Tomorrow marks 100 days until the start of the 2021 United Nations Climate Change Conference in Glasgow. It is due to take place in November having been pushed back a year, due to the Coronavirus Pandemic.
Scientists worldwide have posited that February 2022, the scheduled release date of the report, may be too late to take the urgent action necessary to stop climate catastrophe. Research by the IPCC is often foundational for international meetings regarding climate change, yet even with the imperative nature of the topic, no measures are being taken to publish the report any sooner.
After orchestrating an occupation of the Science Museum in London, a band of activists were threatened with arrest last night (Saturday 19 June 2021), but have affirmed that they’ll continue their action today. Due to the museum’s decision to receive sponsorship from fossil fuel giant Shell, the London branch of the UK Student Climate Network (UKSCN) coordinated the protest.
As the globe braces for a considerable emphasis on environmental issues at the G7 summit, Britain’s 100 richest families are being asked to give £1 billion over the next five years to deal with the climate disaster and stop the devastation of the natural world. In order to avert imminent catastrophes that would endanger all their other philanthropic endeavours, each of the 100 wealthiest families in Britain, and the 100 largest charitable foundations, have received a letter requesting that they make the climate and biodiversity disasters a target of their supposed charitable efforts.
Following a snap election earlier this month, Greenland’s Inuit Ataqatigiit (IA) party has announced the formation of a new coalition government, vowing to block the mining of rare-earth minerals.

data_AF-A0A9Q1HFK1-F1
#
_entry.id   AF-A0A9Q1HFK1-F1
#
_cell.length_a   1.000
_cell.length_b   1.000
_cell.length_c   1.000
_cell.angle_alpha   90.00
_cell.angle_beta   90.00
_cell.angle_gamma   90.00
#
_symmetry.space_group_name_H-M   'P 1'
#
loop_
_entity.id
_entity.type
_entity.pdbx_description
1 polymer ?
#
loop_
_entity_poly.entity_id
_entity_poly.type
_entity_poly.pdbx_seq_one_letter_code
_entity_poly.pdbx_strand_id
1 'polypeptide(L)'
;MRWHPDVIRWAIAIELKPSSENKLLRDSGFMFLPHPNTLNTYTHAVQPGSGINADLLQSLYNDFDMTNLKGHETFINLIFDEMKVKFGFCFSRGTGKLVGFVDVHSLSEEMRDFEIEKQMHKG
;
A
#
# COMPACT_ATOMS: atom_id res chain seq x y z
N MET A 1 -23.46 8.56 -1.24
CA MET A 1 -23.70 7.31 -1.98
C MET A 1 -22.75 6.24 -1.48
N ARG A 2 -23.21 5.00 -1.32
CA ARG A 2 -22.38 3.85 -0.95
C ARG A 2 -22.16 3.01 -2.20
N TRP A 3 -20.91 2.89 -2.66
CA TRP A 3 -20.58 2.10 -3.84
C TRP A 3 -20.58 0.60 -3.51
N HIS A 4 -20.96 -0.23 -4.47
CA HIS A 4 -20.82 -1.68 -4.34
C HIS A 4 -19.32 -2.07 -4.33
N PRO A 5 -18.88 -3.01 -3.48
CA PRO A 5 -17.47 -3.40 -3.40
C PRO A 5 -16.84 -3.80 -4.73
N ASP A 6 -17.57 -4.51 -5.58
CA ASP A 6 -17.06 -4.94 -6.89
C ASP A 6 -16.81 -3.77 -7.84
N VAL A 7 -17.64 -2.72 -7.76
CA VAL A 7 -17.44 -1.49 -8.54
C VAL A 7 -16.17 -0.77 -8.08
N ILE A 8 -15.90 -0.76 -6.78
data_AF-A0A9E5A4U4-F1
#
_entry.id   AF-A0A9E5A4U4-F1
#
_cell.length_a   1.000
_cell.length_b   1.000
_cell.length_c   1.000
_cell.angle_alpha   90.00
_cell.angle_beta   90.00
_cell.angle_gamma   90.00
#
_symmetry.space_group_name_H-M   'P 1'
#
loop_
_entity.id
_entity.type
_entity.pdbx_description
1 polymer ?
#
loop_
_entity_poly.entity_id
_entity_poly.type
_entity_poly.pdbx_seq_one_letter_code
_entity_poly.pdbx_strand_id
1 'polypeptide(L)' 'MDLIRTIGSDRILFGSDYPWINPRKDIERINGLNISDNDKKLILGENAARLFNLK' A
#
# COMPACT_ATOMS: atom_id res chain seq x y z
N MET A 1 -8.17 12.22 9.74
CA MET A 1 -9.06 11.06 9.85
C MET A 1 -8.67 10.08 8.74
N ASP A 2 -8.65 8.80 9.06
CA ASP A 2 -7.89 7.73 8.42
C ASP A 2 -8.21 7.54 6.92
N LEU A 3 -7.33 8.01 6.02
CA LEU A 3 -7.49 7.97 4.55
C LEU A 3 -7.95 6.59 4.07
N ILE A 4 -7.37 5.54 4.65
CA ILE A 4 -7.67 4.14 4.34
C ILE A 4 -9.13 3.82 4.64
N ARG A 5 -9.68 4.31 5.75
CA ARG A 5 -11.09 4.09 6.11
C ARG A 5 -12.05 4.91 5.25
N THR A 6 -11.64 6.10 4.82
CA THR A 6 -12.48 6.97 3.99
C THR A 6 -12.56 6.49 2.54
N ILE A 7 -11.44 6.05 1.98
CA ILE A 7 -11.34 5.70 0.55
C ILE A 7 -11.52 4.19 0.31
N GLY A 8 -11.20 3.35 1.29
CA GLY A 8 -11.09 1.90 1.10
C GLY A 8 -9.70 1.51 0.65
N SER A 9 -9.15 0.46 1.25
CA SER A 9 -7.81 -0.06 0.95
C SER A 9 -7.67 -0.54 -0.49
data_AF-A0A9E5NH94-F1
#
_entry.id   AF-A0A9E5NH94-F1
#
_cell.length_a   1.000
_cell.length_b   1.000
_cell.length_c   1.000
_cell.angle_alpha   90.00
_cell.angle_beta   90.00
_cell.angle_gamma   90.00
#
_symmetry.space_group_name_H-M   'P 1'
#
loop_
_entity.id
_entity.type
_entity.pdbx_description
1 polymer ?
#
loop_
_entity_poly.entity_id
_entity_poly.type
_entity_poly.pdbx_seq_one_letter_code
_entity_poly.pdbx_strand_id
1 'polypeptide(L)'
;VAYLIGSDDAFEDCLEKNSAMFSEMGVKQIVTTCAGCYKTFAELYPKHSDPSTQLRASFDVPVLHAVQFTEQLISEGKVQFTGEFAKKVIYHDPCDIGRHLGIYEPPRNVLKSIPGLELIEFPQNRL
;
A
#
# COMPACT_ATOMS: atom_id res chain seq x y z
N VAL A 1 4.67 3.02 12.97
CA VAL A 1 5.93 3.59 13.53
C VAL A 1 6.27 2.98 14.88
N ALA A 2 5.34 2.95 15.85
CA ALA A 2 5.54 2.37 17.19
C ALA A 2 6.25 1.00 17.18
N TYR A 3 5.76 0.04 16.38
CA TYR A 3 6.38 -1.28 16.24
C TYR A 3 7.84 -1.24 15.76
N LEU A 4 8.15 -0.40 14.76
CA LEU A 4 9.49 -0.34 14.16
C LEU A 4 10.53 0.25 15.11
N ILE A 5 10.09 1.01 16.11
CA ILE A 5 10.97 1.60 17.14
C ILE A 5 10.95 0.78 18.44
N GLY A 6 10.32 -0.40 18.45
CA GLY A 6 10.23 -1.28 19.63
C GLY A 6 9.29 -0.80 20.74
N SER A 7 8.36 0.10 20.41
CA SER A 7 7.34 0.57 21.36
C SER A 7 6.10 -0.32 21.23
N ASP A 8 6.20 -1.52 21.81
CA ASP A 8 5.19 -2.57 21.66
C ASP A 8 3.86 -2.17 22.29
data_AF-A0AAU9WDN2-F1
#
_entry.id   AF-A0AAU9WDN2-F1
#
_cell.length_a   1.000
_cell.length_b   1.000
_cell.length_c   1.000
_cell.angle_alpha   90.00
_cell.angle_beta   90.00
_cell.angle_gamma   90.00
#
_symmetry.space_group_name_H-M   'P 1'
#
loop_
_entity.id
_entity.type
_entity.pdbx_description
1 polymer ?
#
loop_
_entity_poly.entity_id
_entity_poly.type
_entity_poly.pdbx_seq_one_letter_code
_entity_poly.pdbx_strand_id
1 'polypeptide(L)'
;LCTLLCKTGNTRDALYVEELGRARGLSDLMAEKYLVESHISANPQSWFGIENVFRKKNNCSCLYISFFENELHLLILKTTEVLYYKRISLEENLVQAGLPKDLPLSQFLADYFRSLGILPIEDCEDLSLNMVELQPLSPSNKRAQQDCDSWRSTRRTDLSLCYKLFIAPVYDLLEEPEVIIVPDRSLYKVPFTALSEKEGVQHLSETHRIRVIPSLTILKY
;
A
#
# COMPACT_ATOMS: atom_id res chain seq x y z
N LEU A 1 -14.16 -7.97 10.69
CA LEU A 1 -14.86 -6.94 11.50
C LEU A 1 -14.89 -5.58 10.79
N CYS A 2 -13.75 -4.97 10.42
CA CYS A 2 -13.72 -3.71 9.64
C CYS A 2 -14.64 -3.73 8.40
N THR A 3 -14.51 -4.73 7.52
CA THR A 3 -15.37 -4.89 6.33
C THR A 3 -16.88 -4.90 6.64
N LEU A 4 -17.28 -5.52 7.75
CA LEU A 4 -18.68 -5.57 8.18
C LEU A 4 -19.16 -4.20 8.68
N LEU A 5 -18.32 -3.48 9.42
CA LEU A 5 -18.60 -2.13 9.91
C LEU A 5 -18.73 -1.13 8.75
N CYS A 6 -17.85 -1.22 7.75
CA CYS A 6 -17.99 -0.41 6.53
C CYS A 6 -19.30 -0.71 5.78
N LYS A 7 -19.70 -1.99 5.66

William Morrison discusses the efforts of China to tackle the legacy of environmental pollution domestically while also providing a determined example in the international fight against global warming.
Peter Stoddart reviews David Attenborough’s latest Netflix special which, while poignant, fails to deliver answers.
Josh Morris responds to Veganism and the Revolution and makes the case for an environmentally sustainable future for food production which includes animal rearing.
David Swanson argues that veganism has been given a bad rap on the left and that the movement could be a key contributor in the fight to save the planet – and change society.
The effects of climate change remain a common discussion point in today’s society, as all forms of broadcasting continually highlight that we must be mindful that our current routines are ruining the planet as we know it. This is something the left should celebrate; forcing climate change deniers to retreat into sectarian cluster groups that bear little relevance or influence upon society is a victory that should not be taken lightly and positively celebrated.